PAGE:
Tuned In

The Morning After: Back to Square One?

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CBS

I’m back from vacation, which you may have surmised from the fact that, well, I’m posting things on this blog. As usual, that means a lot of catching up, so I’ll turn over this Morning After post to invite your thoughts on an increasingly crowded Sunday night of programming. (Including, besides Mad Men, Game of Thrones and Girls, the so-far-strong fourth-season return of Nurse Jackie–and, next week, the debut of Veep.) I’ll kick things off with a few quick thoughts about last night’s The Good Wife.

On the one hand, I have to enjoy how Jackie Florrick is gradually transforming into full-on Livia Soprano mode, right down to the manipulation of her son and the incapacitating “stroke.” (I sort of want to see her end up buying Peter and Alicia’s old house, just so she can customize it with a Livia-style wheelchair-lift.) And though the season got there by a roundabout method, I’m glad to see Peter throw his hat back in the political ring, in part to give Eli a more active and direct role in the series again.

As for the conclusion of the episode, I was both impressed and concerned by that final scene and image. Returning the show visually to where it began—Alicia standing by Peter, as flashbulbs go off—is a striking gesture (a little like returning to Jack’s close-up eye at the end of Lost). But I don’t want to see The Good Wife come completely full circle: one thing that I liked about the past season or so is that it showed that it could have Alicia move on from her marriage while keeping both her and Peter interesting. I don’t know that the show needs the tension of will-she-keep-standing-by-him, and I don’t want it to stretch to force an alliance between the two of them simply to re-create the tensions of the state’s attorney’s race, again and again.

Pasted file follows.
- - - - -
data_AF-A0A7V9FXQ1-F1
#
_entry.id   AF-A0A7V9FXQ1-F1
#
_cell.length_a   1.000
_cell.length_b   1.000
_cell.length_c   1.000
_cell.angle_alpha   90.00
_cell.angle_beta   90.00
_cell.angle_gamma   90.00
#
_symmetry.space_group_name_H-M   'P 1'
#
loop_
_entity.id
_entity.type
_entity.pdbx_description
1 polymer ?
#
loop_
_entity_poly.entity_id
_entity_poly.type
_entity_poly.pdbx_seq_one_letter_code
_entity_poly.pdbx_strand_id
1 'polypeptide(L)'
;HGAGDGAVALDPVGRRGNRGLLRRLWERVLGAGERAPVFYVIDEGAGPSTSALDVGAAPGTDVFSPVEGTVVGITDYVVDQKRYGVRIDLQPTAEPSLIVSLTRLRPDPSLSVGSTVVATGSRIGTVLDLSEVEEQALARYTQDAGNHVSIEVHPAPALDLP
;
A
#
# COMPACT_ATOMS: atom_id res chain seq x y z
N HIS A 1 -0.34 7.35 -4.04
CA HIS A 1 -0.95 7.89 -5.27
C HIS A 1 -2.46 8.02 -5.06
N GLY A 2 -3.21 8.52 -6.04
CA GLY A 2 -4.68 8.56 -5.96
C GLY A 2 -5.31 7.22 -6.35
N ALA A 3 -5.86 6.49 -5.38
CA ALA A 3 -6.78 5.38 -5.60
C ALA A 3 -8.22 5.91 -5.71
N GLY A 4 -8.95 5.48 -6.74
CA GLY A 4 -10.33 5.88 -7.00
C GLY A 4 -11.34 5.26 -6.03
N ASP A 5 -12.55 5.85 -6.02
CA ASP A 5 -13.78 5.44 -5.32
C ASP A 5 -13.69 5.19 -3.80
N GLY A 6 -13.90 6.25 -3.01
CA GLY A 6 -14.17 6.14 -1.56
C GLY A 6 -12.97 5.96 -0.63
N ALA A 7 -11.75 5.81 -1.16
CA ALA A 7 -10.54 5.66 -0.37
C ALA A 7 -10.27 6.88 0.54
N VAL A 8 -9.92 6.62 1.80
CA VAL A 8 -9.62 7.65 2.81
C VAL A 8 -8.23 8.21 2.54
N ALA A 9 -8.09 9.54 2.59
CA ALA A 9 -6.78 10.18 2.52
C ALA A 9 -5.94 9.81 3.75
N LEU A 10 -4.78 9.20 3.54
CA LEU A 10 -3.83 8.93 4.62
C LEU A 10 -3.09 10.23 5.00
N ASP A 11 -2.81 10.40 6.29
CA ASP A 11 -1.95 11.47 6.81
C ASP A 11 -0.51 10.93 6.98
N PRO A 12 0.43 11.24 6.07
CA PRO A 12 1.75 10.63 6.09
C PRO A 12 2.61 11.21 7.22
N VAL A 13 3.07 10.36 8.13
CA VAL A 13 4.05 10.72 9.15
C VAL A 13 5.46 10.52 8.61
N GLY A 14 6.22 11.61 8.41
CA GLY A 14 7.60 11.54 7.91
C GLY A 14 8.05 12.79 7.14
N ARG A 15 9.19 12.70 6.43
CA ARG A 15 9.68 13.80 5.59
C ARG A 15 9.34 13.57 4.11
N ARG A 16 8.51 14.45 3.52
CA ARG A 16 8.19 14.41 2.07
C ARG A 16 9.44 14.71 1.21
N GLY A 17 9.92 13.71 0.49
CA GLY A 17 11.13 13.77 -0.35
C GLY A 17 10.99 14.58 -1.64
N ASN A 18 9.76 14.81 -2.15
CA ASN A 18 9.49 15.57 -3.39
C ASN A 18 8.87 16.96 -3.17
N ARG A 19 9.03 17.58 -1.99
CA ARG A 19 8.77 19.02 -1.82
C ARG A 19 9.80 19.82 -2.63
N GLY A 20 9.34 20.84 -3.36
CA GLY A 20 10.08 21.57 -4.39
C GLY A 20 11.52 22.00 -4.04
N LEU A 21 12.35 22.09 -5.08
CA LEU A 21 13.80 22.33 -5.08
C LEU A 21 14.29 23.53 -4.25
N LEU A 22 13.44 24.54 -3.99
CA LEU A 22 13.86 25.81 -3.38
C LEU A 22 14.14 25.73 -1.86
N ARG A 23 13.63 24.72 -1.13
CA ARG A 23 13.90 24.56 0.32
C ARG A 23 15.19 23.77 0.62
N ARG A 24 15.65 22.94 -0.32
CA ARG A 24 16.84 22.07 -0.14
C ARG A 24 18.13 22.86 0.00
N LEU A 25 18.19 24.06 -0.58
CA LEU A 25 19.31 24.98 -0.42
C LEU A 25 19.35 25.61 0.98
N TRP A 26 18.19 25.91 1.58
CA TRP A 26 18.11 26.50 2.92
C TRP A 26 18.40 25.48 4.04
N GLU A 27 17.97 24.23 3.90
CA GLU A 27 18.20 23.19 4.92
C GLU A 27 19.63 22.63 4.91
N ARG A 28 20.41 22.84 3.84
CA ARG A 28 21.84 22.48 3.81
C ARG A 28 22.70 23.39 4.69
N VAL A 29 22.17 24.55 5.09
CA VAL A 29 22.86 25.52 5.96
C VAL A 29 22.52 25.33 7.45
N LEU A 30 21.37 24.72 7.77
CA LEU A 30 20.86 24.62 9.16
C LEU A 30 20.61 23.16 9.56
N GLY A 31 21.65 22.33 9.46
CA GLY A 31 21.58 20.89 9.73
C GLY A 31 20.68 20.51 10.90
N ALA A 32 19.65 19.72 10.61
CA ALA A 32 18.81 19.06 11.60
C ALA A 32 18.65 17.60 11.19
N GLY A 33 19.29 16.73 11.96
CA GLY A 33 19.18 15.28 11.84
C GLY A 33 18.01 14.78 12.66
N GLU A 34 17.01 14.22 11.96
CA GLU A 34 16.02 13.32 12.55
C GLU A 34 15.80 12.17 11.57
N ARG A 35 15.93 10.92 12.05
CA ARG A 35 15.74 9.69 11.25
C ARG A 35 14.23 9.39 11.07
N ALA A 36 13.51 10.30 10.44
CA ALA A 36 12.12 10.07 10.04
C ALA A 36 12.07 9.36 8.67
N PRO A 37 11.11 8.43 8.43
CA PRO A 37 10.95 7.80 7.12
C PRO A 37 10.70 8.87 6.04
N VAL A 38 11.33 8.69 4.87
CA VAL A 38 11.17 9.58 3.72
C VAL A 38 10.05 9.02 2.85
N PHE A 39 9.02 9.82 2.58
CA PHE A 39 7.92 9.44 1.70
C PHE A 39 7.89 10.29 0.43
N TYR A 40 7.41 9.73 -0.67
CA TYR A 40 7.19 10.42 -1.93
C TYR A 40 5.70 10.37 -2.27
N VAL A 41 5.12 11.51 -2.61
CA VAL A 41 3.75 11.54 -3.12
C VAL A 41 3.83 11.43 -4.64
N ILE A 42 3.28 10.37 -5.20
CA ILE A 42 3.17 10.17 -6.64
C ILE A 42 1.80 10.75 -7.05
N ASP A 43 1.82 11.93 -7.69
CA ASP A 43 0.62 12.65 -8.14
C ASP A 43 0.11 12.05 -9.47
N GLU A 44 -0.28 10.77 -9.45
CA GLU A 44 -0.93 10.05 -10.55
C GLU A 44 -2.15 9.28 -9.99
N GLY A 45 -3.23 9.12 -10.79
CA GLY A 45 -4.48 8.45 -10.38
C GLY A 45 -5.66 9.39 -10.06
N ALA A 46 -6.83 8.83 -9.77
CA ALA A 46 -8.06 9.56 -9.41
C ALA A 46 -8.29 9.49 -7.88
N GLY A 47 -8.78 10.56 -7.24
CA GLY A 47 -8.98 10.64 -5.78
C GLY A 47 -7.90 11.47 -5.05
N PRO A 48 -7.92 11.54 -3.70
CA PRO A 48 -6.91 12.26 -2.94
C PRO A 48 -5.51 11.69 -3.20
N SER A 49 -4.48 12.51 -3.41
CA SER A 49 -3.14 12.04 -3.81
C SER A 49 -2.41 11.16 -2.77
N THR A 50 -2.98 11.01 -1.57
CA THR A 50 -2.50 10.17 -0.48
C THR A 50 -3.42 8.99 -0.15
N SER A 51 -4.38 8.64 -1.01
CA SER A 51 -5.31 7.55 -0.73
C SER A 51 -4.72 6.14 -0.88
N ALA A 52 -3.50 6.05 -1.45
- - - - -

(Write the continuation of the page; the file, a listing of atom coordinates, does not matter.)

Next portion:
That said, Peter’s run for governor could be dramatically interesting if it plays out in ways that reflect how different Alicia’s life is now, because The Good Wife has shown us it can move on from the can-this-marriage-be-saved storyline and stay fascinating. I’m hoping, in other words, that last night’s conclusion was only deja vu on the surface.

Your thoughts are welcome as always, as well as your opinions on the rest of a crowded Sunday. (Which also included NYC 22, a well-cast cop procedural whose stories are not yet as interesting as the characters.) Is your DVR full? How many days will it take you to catch up?

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